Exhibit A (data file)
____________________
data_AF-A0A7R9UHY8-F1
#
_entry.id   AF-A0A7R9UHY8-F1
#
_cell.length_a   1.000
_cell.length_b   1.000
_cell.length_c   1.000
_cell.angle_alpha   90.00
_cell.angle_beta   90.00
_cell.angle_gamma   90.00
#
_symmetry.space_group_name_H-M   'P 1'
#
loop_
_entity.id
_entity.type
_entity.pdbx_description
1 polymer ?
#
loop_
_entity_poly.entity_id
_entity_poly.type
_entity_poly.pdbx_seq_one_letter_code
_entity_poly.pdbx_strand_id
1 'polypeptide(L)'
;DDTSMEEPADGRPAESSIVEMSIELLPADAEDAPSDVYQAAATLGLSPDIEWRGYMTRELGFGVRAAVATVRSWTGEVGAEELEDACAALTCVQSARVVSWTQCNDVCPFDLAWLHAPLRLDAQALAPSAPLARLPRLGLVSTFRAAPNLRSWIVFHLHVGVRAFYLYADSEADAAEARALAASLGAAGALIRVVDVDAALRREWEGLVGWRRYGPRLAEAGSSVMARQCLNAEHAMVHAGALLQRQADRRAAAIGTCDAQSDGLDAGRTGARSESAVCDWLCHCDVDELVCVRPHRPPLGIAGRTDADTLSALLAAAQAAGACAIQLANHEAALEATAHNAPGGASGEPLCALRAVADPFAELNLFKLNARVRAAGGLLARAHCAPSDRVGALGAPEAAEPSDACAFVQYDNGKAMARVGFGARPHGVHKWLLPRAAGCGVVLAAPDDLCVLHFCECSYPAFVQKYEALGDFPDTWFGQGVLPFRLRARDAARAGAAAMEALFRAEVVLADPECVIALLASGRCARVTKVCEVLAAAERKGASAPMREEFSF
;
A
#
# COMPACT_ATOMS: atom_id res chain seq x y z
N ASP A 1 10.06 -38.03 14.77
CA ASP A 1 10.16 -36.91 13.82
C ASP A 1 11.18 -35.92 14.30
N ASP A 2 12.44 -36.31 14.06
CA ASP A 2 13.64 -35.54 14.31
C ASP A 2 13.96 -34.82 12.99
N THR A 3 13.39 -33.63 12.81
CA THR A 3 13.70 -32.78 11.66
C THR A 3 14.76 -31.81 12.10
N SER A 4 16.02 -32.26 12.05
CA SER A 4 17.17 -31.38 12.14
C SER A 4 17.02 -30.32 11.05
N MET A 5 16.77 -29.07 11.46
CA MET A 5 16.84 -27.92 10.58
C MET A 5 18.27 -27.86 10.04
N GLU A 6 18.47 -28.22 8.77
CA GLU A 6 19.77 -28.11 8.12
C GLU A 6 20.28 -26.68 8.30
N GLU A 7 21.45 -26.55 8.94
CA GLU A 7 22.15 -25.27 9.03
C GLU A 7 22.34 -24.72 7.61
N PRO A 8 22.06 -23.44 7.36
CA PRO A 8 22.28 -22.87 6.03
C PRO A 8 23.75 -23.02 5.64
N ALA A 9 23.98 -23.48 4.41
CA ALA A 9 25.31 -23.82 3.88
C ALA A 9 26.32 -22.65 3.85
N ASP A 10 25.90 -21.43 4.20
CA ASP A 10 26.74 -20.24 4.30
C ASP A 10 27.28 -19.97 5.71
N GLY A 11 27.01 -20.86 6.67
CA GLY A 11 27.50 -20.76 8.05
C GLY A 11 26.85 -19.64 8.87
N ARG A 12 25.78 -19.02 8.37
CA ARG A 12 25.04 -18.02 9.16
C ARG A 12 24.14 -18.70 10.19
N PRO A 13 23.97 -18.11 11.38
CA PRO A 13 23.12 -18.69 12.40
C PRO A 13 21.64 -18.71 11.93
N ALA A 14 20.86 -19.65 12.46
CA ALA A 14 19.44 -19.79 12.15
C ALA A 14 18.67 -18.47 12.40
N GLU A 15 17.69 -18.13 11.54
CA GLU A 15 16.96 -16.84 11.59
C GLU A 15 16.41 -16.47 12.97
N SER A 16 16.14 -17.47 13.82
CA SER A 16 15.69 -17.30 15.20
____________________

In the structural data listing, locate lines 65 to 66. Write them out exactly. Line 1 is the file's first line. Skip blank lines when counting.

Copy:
CA ARG A 12 25.04 -18.02 9.16
C ARG A 12 24.14 -18.70 10.19